Break, curse, fix, repeat
Join Date: Feb 2007
Location: Bainbridge Island, WA
Thanked 2 Times in 2 Posts
Rep Power: 11
Though I have no interest in joining or fanning some of the arguments here, I would like to add a story about my experiences in a relevant situation:
When I was examining my current boat for purchase I noticed that the Universal 5432 diesel wasn't firing on the #1 cylinder. You could hold the injection line and clearly feel that it wasn't pulsing. The motor looked like it hadn't been cleaned or maintained, and the owner was clearly unaware of a good maintenance schedule. On the test run the boat would not come up to it's rated cruising RPM of 2200 and ran at a very cold 160 degrees for a fresh water cooled diesel. This raises serious concerns about the combustion of the engine and the carbon build up from running so cold.
As it was not my job to diagnose his diesel problems, but to buy the boat, I negotiated the price down a full $10,000 on the belief that I would have to replace the diesel. He had every reason in his mind to believe the diesel was in need of at least a major overhaul, if not replacement.
I suspected otherwise, but it wasn't my job to tell him. After purchasing the boat, I immediately pulled the injectors and took them to a great diesel repair shop where they told me they were in perfect condition mechanically and were simply gummed up with carbon and needed cleaning.
That solved the #1 cylinder problem. When I hauled the boat out, I saw that the prop was a 3 blade 16X12 and research told me that for my boat and that engine a 15X10 would be a better fit. Had the prop re-pitched and she reached hull speed easily in flat water at her rated cruising RPM of 2200.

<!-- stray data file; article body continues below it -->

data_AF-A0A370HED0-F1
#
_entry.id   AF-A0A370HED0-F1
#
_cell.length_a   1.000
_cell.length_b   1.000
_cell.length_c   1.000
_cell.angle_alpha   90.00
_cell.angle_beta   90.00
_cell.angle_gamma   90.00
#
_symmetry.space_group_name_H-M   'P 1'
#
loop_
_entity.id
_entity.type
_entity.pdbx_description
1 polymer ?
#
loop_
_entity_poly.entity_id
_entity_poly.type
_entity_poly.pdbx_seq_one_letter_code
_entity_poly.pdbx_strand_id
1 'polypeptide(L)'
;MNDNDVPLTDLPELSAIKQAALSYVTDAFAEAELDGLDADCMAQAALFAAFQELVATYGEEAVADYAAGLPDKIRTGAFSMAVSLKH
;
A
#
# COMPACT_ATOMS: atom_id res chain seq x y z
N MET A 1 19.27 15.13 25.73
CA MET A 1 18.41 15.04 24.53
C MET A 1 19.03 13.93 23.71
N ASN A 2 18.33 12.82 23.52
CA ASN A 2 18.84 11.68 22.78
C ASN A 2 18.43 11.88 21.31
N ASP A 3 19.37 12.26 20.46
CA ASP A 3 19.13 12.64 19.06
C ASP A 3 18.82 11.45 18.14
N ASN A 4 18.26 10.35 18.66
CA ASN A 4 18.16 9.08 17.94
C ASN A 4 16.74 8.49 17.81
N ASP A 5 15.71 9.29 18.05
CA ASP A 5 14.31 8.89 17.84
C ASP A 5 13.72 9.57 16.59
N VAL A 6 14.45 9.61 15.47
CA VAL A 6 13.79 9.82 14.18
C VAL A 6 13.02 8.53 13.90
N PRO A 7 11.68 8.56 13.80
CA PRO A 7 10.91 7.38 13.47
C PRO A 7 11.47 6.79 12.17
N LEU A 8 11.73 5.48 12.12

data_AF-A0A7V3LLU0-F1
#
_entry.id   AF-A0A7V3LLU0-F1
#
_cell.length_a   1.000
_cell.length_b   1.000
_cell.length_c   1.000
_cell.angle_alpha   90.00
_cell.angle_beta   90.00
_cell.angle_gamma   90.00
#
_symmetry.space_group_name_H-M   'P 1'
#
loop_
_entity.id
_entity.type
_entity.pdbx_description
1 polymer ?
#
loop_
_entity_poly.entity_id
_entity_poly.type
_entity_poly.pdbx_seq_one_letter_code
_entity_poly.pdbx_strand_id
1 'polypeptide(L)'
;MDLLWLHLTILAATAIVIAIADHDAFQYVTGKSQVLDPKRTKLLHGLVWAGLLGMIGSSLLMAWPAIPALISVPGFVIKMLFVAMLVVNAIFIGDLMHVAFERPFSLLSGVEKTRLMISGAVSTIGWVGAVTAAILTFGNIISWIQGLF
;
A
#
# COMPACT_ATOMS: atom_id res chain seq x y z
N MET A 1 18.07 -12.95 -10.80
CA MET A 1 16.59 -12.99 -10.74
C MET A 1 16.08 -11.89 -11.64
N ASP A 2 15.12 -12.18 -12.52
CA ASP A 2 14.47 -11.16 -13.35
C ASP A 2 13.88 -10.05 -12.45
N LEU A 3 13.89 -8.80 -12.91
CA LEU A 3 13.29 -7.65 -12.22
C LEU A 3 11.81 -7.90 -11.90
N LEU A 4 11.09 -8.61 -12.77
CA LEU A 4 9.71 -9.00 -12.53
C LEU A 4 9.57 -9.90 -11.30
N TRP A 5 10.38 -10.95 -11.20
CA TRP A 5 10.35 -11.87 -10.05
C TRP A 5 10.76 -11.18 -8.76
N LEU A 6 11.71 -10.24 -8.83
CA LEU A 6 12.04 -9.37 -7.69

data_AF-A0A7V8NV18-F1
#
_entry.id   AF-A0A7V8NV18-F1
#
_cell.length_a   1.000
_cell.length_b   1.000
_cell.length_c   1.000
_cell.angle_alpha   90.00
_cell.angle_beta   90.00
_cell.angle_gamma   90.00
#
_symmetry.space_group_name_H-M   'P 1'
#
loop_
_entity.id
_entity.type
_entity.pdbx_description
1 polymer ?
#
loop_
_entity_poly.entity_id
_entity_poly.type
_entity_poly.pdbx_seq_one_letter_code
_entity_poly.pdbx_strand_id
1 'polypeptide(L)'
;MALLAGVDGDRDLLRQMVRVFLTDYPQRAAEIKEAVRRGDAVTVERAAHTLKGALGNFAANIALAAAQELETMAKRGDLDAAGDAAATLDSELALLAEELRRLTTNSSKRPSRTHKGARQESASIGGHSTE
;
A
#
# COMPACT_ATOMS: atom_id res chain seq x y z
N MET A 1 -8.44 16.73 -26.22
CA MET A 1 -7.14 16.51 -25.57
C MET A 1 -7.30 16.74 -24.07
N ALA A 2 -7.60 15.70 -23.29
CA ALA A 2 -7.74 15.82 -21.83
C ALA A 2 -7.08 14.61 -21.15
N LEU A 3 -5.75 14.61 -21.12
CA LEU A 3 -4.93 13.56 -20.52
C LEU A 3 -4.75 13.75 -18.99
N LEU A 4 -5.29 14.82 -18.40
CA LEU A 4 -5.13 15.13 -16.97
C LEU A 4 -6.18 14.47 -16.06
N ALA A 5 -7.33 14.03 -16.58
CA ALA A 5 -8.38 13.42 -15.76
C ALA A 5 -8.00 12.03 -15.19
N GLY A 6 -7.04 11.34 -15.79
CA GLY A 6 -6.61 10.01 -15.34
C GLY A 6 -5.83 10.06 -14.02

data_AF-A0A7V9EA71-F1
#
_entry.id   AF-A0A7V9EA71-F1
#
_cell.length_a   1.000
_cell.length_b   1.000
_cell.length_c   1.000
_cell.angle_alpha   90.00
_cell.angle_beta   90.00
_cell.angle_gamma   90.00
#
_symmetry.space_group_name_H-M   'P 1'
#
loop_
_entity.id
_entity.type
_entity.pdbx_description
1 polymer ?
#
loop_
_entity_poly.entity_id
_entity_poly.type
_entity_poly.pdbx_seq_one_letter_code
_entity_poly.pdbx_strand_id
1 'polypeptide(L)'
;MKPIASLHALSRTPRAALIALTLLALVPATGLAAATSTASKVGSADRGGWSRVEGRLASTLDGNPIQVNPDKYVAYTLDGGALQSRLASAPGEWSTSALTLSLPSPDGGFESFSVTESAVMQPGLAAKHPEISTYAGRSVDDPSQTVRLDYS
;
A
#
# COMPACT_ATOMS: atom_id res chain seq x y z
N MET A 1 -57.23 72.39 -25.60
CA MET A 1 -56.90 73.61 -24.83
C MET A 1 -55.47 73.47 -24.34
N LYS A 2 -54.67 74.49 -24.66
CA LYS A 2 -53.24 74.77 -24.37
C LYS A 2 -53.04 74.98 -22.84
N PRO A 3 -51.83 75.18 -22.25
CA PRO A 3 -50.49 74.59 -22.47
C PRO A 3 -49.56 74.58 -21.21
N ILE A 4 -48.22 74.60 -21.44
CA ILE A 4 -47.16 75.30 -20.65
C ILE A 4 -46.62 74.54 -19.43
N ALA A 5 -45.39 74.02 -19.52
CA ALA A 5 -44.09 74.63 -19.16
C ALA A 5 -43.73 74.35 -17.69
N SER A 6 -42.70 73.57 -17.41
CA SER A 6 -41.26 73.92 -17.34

I then replaced the thermostat with a 190 degree version and she ran at a steady 185 in our cold NW waters.
The outcome of all this? I have a 25 year old diesel in my boat that has 800 total hours and is in superbly good shape, uses .68 gallons an hour average over 100 hours, burns completely clean, uses no oil, and has no leaks. The previous owner thought it was trashed and needed rebuilt or replaced.
The cost of everything I did to put it into excellent shape? Something less than $250, and most of that was for the prop repitch. I've done many other preventative maintenance tasks since then, but nothing near a boat "unit".
If there is a point to this story, it is just that there are a great many variables with engines, and that it is entirely possible to salvage a seemingly dead diesel if the owner becomes aware of basic repair and maintenance.
I wish all of us luck with our motors...
Bainbridge Island, WA
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